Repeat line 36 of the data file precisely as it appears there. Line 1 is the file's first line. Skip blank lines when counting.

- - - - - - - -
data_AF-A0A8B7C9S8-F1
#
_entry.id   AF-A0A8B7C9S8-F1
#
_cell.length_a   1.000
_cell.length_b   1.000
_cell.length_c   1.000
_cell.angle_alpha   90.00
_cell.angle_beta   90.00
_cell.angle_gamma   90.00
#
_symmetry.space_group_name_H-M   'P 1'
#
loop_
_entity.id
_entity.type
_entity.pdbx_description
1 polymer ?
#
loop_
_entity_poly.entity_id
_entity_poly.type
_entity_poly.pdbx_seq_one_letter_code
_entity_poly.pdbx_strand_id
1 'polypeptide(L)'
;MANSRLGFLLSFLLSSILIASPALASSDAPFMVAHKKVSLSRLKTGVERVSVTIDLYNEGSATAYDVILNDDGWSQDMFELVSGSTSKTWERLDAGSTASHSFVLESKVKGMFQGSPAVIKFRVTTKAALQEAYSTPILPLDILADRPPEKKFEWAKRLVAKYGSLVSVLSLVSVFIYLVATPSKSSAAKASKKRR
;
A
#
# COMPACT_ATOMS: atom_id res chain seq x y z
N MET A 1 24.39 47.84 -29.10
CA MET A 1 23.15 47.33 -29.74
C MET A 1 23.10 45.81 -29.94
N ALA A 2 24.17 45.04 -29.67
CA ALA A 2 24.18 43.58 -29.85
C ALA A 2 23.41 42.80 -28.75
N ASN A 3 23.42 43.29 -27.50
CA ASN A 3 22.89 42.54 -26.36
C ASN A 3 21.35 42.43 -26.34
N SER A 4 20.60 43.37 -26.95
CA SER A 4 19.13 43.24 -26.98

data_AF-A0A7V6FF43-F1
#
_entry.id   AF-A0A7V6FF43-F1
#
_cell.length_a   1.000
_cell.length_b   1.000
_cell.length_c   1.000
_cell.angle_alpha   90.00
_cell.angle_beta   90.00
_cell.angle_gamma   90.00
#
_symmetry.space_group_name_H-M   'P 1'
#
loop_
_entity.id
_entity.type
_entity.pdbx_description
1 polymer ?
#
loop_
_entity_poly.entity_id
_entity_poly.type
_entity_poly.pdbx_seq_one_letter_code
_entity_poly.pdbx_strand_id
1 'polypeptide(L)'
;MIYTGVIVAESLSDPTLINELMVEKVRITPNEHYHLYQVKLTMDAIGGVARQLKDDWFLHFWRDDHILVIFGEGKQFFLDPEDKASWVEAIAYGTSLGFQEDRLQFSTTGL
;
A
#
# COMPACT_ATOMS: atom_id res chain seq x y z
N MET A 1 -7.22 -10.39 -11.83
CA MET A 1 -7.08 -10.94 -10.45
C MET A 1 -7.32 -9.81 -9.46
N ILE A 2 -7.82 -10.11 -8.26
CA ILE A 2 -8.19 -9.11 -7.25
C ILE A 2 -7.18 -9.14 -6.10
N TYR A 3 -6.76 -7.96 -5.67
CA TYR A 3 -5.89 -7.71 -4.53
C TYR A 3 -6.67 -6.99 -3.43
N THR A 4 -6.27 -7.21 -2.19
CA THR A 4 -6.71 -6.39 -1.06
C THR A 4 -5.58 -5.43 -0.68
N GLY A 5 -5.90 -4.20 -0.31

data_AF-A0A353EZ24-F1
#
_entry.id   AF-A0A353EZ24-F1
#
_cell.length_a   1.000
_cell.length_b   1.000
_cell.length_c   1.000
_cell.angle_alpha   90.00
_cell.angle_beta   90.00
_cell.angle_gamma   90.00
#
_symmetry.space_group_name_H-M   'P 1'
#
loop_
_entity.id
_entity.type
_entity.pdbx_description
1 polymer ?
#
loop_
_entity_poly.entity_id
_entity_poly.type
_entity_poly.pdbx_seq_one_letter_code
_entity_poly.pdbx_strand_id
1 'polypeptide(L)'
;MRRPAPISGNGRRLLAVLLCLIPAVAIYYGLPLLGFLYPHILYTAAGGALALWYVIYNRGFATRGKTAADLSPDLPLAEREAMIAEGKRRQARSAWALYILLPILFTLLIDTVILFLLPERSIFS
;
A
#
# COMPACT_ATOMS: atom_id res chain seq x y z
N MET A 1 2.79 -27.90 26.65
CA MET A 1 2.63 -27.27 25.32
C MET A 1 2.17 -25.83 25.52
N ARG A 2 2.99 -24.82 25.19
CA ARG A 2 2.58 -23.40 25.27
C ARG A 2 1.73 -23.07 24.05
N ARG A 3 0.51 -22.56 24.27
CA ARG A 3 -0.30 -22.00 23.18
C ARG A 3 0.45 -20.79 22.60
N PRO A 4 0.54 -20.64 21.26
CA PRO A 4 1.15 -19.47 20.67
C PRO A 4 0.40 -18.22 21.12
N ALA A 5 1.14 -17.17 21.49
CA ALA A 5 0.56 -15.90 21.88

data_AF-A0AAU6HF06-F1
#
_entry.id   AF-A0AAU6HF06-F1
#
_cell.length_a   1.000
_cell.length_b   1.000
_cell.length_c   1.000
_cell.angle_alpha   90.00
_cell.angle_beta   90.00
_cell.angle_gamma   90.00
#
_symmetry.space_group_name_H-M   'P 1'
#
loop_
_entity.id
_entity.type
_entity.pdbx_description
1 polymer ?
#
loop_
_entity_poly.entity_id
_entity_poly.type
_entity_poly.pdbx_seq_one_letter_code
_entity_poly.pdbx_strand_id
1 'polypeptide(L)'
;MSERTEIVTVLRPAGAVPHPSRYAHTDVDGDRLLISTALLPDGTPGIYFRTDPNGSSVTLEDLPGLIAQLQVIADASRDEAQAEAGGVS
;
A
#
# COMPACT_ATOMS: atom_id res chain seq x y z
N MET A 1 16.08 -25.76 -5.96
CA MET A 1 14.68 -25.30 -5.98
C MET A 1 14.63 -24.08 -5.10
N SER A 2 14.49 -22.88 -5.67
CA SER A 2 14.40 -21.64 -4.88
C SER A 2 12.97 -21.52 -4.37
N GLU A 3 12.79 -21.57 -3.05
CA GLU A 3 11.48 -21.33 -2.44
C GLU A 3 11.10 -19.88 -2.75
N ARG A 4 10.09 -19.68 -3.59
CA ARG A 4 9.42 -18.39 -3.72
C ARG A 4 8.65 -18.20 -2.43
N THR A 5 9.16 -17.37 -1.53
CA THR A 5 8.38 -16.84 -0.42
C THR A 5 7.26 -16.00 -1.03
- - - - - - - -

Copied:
C ALA A 2 23.41 42.80 -28.75